Wednesday, October 6, 2010

The Dark Side Of The Moon

Tonight I'm going to journey to a distant place and time,
where sorrow and teardrops are unknown
and heartbreak's left behind,
where there's no pain nor any gloom -
the far side of the moon.

-- Joyce P. Hale, Far Side of the Moon2108340526_ec527dcf3e

WHAT WE CANNOT see, often, we fear… or at least consider with suspicion. This is perhaps because it’s unknown, and people tend to be frightened of the unknown. Ghosts, for example. The far side of the Moon might be another example. Because we cannot see it, the far side of the Moon is for many a place of dark mystery. Why can we never see it? What’s there? Rumors in certain circles speculate that it’s the perfect place for an alien base.

Rumors aren’t reality, of course, so is there any information to back up these claims?

Why we can’t see it ?

When we look up at the Moon, we always see the same side. This peculiarity results because the Moon rotates just once for every orbit it makes around the Earth. The Moon is slightly lopsided, so over millions of years, gravitational forces have slowed its rotation so that the one side always faces our planet.

The side facing away from us often used to be referred to as “the dark side of the Moon,” which is erroneous since, on average, the side we don’t see receives just as much sunlight as the side we do see.

For many hundreds of years, humankind wondered what the far side of the Moon was like. Was it similar to the familiar near side? Was it different? What secrets did it hold? The mystery began to be revealed in 1959 when the Soviet Union’s Luna 3 spacecraft flew to the far side of the Moon and photographed it for the first time. These first photographs were crude and grainy, but seemed to show a land as bleak and lifeless as the near side.

Subsequent space probes, such as the Lunar Orbiter 4, succeeded in photographing the surface of the far side in much greater detail in 1967. Then in 1968, astronauts aboard Apollo 8, which circled the Moon in preparation for the Apollo 11 landing, saw the far side of the Moon with human eyes for the first time.

Today, we have detailed photo maps of the far side, as well as topographic maps calling out its main features. So the far side of the Moon is not as mysterious as it once was. Yet the stories persist that there are still many secrets there – stories fueled in part by the fact that since Apollo 17 in 1972, we have not returned to the Moon with a manned mission. The conspiracy minded suspect that there’s a reason for that: the aliens don’t want us there.

Alien bases

It has long been a theory of some UFOlogists that the far side of the Moon could harbor a base for extraterrestrials. Presuming they come from a distant planet in some other solar system, they must have a base from which they can make their regular visits to the Earth. What better place than the far side of the Moon, which is perpetually hidden from sight?

To bolster this claim, authors at such websites as Alien Presence on the Moon, site the words of Milton William Cooper, allegedly a former intelligence officer with the US Navy. In a 1989 press release from Cooper (again allegedly), he swears under oath that he was privy to information that the US government has knowledge of alien craft visiting Earth. “LUNA is the alien base on the far side of the Moon,” the release states. “It was seen and filmed by the Apollo Astronauts. A base, a mining operation using very large machines, and the very large alien craft described in sighting reports as MOTHER SHIPS exist there.”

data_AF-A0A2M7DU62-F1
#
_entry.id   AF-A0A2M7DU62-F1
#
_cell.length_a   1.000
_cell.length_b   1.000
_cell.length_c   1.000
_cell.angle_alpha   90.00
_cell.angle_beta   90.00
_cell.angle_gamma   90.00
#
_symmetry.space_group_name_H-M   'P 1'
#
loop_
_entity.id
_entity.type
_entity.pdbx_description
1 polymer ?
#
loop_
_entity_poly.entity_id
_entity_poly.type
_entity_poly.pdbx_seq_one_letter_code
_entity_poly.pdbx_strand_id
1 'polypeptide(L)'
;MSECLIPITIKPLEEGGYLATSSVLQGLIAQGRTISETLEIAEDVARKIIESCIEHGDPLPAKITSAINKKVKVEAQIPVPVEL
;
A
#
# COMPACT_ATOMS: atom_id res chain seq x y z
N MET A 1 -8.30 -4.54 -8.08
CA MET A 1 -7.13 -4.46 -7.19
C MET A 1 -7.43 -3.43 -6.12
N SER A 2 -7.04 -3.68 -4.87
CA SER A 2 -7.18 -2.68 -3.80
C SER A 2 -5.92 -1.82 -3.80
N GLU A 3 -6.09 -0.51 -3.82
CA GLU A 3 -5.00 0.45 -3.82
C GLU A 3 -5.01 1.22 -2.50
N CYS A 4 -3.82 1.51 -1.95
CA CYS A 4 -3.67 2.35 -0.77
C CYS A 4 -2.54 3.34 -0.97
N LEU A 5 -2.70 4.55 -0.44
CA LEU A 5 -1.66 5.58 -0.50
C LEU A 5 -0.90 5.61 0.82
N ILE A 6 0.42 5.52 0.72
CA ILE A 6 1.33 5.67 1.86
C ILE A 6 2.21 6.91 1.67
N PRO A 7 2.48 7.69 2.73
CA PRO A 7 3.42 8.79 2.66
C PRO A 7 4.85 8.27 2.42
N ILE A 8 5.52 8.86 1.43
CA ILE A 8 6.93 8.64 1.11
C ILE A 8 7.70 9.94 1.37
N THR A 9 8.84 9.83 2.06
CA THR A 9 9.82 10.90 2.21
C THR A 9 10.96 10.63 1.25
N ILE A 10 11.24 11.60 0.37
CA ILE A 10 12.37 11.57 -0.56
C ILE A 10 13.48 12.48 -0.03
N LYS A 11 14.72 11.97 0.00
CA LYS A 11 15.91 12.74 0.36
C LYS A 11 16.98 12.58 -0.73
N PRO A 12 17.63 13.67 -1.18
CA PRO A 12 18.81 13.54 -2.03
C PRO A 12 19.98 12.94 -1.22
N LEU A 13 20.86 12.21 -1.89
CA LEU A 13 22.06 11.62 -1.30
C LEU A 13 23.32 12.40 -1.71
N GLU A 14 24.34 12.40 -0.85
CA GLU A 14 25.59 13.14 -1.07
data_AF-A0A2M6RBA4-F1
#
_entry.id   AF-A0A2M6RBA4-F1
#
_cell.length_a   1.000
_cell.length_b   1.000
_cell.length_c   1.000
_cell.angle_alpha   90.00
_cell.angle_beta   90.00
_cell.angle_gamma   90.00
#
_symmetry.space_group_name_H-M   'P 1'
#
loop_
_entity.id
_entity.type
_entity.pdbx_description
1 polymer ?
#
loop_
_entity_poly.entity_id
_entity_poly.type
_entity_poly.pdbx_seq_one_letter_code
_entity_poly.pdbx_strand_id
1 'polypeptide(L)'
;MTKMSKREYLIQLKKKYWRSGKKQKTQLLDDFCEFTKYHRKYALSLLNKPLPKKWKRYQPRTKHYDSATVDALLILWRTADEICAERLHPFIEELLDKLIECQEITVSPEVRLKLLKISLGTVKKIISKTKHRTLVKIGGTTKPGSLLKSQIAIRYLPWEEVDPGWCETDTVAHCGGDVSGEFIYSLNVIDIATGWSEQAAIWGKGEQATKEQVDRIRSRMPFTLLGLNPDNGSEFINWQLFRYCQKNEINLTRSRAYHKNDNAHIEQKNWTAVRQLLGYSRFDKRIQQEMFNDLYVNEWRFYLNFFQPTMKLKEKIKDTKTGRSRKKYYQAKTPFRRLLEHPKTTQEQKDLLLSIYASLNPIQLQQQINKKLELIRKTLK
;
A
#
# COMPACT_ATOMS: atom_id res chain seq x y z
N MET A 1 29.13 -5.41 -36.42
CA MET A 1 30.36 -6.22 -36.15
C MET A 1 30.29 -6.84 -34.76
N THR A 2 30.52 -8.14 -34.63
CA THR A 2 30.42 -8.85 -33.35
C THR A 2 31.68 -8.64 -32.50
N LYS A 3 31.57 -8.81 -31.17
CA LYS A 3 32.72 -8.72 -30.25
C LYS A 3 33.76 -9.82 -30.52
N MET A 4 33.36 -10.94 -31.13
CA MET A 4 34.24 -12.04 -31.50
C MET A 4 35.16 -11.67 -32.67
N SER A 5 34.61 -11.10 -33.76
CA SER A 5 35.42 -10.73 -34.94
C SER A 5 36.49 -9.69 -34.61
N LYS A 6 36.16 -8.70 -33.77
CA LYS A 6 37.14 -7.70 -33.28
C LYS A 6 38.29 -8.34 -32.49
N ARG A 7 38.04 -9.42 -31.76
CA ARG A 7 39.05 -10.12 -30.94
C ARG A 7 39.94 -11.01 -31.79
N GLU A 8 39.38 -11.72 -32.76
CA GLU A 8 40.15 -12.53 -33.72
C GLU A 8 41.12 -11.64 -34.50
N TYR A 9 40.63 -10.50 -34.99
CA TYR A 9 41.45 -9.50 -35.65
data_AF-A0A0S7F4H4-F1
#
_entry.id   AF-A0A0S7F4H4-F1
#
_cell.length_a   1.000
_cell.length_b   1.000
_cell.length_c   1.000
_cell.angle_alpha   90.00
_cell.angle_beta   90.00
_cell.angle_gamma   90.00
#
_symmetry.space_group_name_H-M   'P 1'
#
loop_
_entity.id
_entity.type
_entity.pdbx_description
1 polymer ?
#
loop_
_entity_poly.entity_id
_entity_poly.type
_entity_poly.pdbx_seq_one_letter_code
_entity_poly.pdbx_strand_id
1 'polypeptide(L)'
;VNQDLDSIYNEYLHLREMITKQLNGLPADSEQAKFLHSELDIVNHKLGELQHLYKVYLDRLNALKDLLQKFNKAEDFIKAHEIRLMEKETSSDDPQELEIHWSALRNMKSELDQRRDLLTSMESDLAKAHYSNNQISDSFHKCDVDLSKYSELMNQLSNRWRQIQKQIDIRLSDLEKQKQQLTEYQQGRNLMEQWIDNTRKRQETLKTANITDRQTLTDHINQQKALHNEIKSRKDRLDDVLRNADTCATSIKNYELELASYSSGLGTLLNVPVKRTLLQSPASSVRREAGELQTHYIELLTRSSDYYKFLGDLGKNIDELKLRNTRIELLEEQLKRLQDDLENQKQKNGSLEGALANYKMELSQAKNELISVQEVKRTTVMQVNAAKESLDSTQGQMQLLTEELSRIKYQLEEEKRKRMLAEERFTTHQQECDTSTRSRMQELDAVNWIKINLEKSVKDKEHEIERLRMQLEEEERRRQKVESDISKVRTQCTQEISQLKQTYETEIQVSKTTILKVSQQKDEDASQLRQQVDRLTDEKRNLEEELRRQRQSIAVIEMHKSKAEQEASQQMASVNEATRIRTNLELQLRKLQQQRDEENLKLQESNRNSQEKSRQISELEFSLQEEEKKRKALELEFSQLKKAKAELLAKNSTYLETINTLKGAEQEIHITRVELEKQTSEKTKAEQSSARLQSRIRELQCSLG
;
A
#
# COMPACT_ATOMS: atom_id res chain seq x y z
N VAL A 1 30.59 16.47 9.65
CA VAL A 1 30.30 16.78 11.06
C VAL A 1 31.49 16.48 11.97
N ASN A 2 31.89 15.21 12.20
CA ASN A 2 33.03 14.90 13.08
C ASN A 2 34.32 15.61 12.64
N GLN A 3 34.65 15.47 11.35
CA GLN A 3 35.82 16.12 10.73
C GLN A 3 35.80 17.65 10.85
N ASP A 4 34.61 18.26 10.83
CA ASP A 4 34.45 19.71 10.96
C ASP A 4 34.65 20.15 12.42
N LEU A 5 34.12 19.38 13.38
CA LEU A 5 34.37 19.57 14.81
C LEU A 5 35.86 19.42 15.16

Also known as William or Bill Cooper, he wrote about his theories in such booklets as The Secret Government: The Origin, Identity and Purpose of MJ-12 and his 1991 book Behold A Pale Horse. Cooper was killed by officers of the Apache County Sheriff's Office in 2001 during a raid on his Arizona house for tax evasion. (Cooper opened fire first.)

Is there better evidence?

How many time have you used that phrase, "dark side of the moon?" Maybe not many. Other than as the title of a very popular Pink Floyd CD, I don't believe the saying is used much anymore.

Dark side is a bit of a misnomer, but there are two ways of looking at it. At times, some people have been of the belief that one side of the moon was always dark, hence the phrase "dark side of the moon." As NASA astrophysicist, Dr. Steve Bloom, says, "the side that we are familiar with is dark just as frequently. A better term might be "far side of the Moon."The orbit of the Moon is such that one rotation is just about as long as one revolution in its orbit around the Earth. Because of this, one side is facing us during its orbit." So, if you think of dark as meaning unknown, then yes, for centuries the far side was "dark" to us.

Of course, there is also a dark side literally. However, unlike what some may have believed in the past, it's not the same side all the time. "During a 'new moon', the moon is between the Earth and the Sun, and so the side we know is totally dark" says Dr. Bloom. "When the moon is opposite from the Sun, the side we know will be totally bright, and the far side will be dark."

However you look at it, the far side of the moon hasn't been as mysterious since the first images were sent back by the USSR's Luna 3 mission in 1959.

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